“For I called him alone, and blessed him, and multiplied him” (Is. 51:2).
Speaking of Abraham, the prophet Isaiah writes: “Listen to Me, you who pursue righteousness, you who seek the Lord: Look to the rock from which you were hewn and to the quarry from which you were dug” (Is. 51:1). Not only the physical nation of Israel, but also Abraham’s descendants by faith, can trace their beginning to one man, Abraham, and one woman, his wife Sarah. God starts small and builds from the ground up.
Isaiah invites those who want to pursue righteousness and want to seek the Lord to watch the process by which one became many. And the irony is not just that Abraham is only one man, but that he is one man who lacks the very thing he needs to father a nation. He lacks a son.
The person who is living a praying life is not circumstance-driven, but Christ-driven; not problem-centered, but power-centered. Our frame of reference is not what we lack, but what God has. We define our lives within the context of eternity instead of time.
I find it interesting, then, that when Abram, later to be Abraham, is first introduced on the pages of Scripture, he is defined by what he lacked. We first encounter his name in the lengthy lineage recorded in Genesis 11. All the other men were described in terms of whom they begot. Whom they fathered. Abram is described by his failure to father an heir. That’s what we learn about him first of all. The narrative tells us that Abram took a wife named Sarai, and that Sarai was barren and had no child (Gen. 11: 20).
Abram, who was destined to stand front and center as the very definition of a living faith, is introduced not as brave Abram, or faithful Abram, or kind Abram … just childless Abram. Defined by lack.
Why? When there were so many other things to say about Abram, why turn the spotlight on the one thing he lacks? I think the reason is that by shining the light on the lack, the Scripture rivets our attention on the cusp of recreation. We can’t look away. How will a God who so directly calls our attention to Abram’s greatest sorrow and humiliation, show Himself the Life Creator? Watch Him work!
Have you noticed this about God? He never avoids the issue. He never spins the facts or brushes reality under the rug. He is an up-front God. Look how Paul summarizes Abraham’s situation: “Against all hope, he believed in hope, that he might become the father of many nations according to what was spoken, ‘So shall your descendants be.’ And not being weak in faith, he did not consider his own body to be dead (when he was about a hundred years old), nor yet the deadness of Sarah’s womb. He did not waver at the promise of God through unbelief, but was strong in faith, giving glory to God, and being fully persuaded that what God had promised, He was able to perform” (Rom. 4:18-21).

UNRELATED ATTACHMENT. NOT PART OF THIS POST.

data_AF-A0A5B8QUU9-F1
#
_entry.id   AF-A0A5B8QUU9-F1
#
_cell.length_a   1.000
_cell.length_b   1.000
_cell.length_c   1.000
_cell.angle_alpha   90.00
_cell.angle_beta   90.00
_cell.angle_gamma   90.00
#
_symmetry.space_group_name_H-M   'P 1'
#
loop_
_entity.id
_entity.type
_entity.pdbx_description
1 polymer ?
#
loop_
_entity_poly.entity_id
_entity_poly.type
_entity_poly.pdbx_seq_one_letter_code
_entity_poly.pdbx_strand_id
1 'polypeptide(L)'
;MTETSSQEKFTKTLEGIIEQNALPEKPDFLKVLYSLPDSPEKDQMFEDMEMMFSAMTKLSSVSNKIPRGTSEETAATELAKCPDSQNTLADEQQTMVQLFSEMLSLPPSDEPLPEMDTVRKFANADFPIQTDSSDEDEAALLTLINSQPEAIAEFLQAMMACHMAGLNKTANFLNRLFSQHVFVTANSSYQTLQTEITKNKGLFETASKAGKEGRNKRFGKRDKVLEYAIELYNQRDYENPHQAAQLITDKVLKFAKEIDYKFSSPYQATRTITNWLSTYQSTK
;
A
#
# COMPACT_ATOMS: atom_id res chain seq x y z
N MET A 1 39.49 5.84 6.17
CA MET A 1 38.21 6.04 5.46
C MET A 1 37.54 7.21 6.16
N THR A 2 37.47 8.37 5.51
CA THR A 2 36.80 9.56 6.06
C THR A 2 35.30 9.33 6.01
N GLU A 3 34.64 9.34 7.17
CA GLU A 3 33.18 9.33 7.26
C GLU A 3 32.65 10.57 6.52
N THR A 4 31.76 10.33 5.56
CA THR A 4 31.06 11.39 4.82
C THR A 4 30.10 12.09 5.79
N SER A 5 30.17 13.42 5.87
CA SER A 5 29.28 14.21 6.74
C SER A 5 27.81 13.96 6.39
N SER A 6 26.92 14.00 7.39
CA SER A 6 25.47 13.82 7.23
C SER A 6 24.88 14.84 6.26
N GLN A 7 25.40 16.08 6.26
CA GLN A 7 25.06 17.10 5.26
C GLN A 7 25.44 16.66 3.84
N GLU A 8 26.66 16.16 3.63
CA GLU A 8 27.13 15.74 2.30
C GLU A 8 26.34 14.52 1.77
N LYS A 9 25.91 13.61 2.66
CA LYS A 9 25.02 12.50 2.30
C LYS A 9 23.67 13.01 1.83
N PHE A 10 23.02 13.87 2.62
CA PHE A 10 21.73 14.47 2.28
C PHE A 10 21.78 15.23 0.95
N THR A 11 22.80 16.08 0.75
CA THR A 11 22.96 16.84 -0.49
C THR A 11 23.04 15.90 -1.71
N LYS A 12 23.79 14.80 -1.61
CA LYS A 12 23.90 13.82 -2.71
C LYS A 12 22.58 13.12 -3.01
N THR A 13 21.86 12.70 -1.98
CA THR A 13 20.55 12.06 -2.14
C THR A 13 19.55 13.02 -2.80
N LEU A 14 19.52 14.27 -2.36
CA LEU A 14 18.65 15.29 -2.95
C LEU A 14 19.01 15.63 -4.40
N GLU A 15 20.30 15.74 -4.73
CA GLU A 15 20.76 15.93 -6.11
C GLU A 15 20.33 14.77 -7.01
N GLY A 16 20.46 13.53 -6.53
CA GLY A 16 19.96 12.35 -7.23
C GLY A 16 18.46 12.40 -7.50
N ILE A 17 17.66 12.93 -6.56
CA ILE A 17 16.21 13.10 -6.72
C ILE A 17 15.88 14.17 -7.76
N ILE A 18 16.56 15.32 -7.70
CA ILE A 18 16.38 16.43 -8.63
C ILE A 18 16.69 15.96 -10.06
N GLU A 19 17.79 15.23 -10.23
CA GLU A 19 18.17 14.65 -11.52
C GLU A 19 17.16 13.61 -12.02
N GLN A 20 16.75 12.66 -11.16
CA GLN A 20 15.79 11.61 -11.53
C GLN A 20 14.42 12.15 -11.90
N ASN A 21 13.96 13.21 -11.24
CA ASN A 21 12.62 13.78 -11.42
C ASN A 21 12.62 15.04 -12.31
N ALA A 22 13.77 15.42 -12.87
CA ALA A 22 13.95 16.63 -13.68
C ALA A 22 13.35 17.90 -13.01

God just puts it out there. The bad news is setting the stage for the good that is about to come. It’s like He’s calling our attention to the need so that when the supply is revealed, we won’t be focused elsewhere and miss the power display.
Abram’s lack has a starring role in the eternal drama. Playing opposite the power and provision of God, Abram’s need offsets the wonder of God’s plan so that we are nearly blinded by its luster. It’s as if in Abram’s lack, God is saying, “Right here! This is exactly where I am about to apply My power. Take a good look. See the barren, sterile, dried-up dream? See the death of hope? Right here is where I’m working!”
God is a resurrection God. From Abraham—as good as dead—and Sarah, whose womb was also dead, came Isaac. Laughter. Joy. Merriment. Celebration. Life that came from death—resurrection. Paul says God “calls those things that do not exist as though they did” (Rom. 4:17). Are these two descriptive phrases two ways of stating the same thing? I think so.
These words are presented to us within Paul’s description of the miraculous birth of Isaac. Life that came out of death. Paul says the He “calls” those things that do not exist as though they did. “Call” can mean to call aloud, utter in a loud voice, invite; to call by name. When did Jesus “cry out in a loud voice” and bring life out of death? He did it in John 11: 43, as He stood at the grave of Lazarus. “Lazarus, come out!” He called out loud.
I think the Scripture is saying that God steps right into the middle of mucky, messy death— all-hope-lost death; no-way-out death; not-gonna-happen death— and He calls, “Life, come out!” And the voice of the in-the-beginning God reproduces the earth’s opening act. He calls order out of chaos. He calls something out of nothing. He calls life out of death. The lack sets the stage for the provision. Death lays the groundwork for resurrection.
In your praying life, is there a big, hot light on your need? Does it seem to define you right now? You don’t have to pretend it’s not there. In fact, show it off.
That’s where God is about to apply His power.
Jennifer Kennedy Dean is an author, speaker, conference leader and executive director of the Praying Life Foundation. You may visit her online at prayinglife.org.